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Daniela Stallinger

Photo: Daniela Stallinger

Call me a liar. But deception was the only way to evaluate the personalized shopping services touted by New York's Four Seasons and Tribeca Grand hotels. They are just two of the many high-end hotels that have started offering personal shopping services to their time-constrained and retail-obsessed guests. I sent emissaries from both on a wild-goose chase for hard-to-obtain items, just to see if they could come up with the goods. Here's my shopping list: a studded Marni handbag that practically sold out before exiting the runway in Milan; an out-of-print edition of photographer Slim Aarons's Wonderful Time: An Intimate Portrait of the Good Life; a bottle of 1998 Pinot Noir from WillaKenzie Estate Coleman Vineyard (available in New York exclusively at Restaurant Daniel); and gift suggestions for a hostess who has everything. I also told some whoppers about an urgent makeover for a black-tie charity event and the opening of a velvet-rope after-hours club to test how each consultant would handle her specialty: one high fashion, the other designer clubwear.

Why would anyone, especially a veteran haggler like me, employ a personal shopper?The reasons are as basic as a little black dress: insider access and time management. Department stores keep personal shoppers on commission to flog their stock and field special requests from big spenders. I can poke through the racks at Saks or Bergdorf Goodman without someone cooing over my shoulder, thank you very much. But what if I covet an outfit or objet that isn't available in every retail chain and don't have time to hunt it down?That's where Marina Crispo comes in. A former general manager at the Barneys, Gucci, and Hermès stores in Manhattan, she now guides Four Seasons guests on shopping expeditions around town for $125 an hour. The hotel's concierge desk books Crispo; a charge for her time appears on your bill at checkout.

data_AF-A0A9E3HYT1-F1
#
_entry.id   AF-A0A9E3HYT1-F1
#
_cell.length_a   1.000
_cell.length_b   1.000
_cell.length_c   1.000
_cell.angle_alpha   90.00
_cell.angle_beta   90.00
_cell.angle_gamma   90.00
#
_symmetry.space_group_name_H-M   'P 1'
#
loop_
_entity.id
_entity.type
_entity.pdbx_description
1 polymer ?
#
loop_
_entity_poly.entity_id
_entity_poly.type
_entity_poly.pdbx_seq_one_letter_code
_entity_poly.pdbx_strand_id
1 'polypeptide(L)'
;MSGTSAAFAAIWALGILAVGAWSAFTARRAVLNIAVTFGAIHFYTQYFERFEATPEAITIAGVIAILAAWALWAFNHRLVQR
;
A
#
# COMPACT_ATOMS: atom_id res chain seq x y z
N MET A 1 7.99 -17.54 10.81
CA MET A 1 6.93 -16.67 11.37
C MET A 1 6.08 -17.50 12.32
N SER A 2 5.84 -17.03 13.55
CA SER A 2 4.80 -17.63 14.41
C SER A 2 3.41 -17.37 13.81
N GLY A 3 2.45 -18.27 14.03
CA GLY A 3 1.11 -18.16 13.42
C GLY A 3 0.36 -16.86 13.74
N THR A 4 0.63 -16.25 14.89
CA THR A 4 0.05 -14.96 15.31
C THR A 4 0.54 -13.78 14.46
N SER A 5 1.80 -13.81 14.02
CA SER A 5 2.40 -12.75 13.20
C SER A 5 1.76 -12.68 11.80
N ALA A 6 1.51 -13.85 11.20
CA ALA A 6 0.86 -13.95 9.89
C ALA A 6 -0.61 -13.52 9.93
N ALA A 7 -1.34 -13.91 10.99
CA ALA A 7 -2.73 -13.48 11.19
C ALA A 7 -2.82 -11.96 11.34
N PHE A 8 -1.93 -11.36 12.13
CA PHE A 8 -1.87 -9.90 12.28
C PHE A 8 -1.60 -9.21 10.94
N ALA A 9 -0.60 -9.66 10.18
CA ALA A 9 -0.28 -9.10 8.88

Dressed head-to-toe in Hermès, Crispo met me in the hotel lobby and we went hunting for a cocktail dress. On the phone the week before, I'd told her I had a black-tie fund-raiser coming up in Washington, D.C. (true), hosted by a power political couple (false), and that I needed a killer outfit pronto (true again). She'd booked an appointment with designer John Anthony, whose private clients include Kate Spade and Julia Roberts. At his town-house atelier on East 61st Street, I fell for a pink satin ensemble with a sable collar (price tag, $30,000) that he claimed Julia had considered for the Oscars; Anthony committed to customizing the ensemble within the allotted 10 days. Next we headed to Mish New York, an exclusive Upper East Side town-house boutique, popular with the likes of Susan Sarandon and Demi Moore, to select jewerly to match. On the way uptown we had stopped by Barneys New York, where Crispo introduced me to the accessories manager, who promised to locate the Marni handbag if I would bring in a picture. (Penalty points: wasted time.) Prior to our appointment, Crispo had paid a visit to Restaurant Daniel's chief sommelier, Jean-Luc Le Dû, to get the name of the WillaKenzie distributor (which she then passed on to me). Gold star. Overall, despite Crispo's very uptown disregard for price tags, I was impressed with her resources and eager to see what her downtown counterpart would offer.


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